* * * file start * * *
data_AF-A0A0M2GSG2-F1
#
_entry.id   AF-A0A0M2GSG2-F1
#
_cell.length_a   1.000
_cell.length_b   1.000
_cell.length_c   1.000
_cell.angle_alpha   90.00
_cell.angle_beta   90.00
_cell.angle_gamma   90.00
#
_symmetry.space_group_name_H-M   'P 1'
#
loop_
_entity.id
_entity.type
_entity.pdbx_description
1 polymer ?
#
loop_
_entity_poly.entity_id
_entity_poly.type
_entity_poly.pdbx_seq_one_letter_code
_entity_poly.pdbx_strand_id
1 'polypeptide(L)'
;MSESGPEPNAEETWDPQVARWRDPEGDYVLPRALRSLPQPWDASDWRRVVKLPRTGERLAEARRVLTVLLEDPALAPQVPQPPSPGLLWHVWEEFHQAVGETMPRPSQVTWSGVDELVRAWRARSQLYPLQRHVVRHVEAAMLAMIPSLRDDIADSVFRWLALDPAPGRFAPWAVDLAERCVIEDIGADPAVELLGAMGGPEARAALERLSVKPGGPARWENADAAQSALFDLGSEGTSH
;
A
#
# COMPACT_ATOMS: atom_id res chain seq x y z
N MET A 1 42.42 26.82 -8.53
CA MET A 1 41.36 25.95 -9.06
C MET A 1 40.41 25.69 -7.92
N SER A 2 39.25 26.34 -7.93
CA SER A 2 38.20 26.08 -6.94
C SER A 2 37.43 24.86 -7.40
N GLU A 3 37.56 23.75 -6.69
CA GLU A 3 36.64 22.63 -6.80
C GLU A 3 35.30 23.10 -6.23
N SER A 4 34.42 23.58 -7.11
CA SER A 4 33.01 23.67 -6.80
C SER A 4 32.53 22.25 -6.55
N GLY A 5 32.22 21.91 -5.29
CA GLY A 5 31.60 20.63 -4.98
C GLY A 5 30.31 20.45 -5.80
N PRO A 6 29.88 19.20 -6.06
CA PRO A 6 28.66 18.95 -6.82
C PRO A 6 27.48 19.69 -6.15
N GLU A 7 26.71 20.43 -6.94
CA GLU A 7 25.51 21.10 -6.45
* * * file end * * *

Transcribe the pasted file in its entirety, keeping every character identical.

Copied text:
data_AF-A0A0M2GSG2-F1
#
_entry.id   AF-A0A0M2GSG2-F1
#
_cell.length_a   1.000
_cell.length_b   1.000
_cell.length_c   1.000
_cell.angle_alpha   90.00
_cell.angle_beta   90.00
_cell.angle_gamma   90.00
#
_symmetry.space_group_name_H-M   'P 1'
#
loop_
_entity.id
_entity.type
_entity.pdbx_description
1 polymer ?
#
loop_
_entity_poly.entity_id
_entity_poly.type
_entity_poly.pdbx_seq_one_letter_code
_entity_poly.pdbx_strand_id
1 'polypeptide(L)'
;MSESGPEPNAEETWDPQVARWRDPEGDYVLPRALRSLPQPWDASDWRRVVKLPRTGERLAEARRVLTVLLEDPALAPQVPQPPSPGLLWHVWEEFHQAVGETMPRPSQVTWSGVDELVRAWRARSQLYPLQRHVVRHVEAAMLAMIPSLRDDIADSVFRWLALDPAPGRFAPWAVDLAERCVIEDIGADPAVELLGAMGGPEARAALERLSVKPGGPARWENADAAQSALFDLGSEGTSH
;
A
#
# COMPACT_ATOMS: atom_id res chain seq x y z
N MET A 1 42.42 26.82 -8.53
CA MET A 1 41.36 25.95 -9.06
C MET A 1 40.41 25.69 -7.92
N SER A 2 39.25 26.34 -7.93
CA SER A 2 38.20 26.08 -6.94
C SER A 2 37.43 24.86 -7.40
N GLU A 3 37.56 23.75 -6.69
CA GLU A 3 36.64 22.63 -6.80
C GLU A 3 35.30 23.10 -6.23
N SER A 4 34.42 23.58 -7.11
CA SER A 4 33.01 23.67 -6.80
C SER A 4 32.53 22.25 -6.55
N GLY A 5 32.22 21.91 -5.29
CA GLY A 5 31.60 20.63 -4.98
C GLY A 5 30.31 20.45 -5.80
N PRO A 6 29.88 19.20 -6.06
CA PRO A 6 28.66 18.95 -6.82
C PRO A 6 27.48 19.69 -6.15
N GLU A 7 26.71 20.43 -6.94
CA GLU A 7 25.51 21.10 -6.45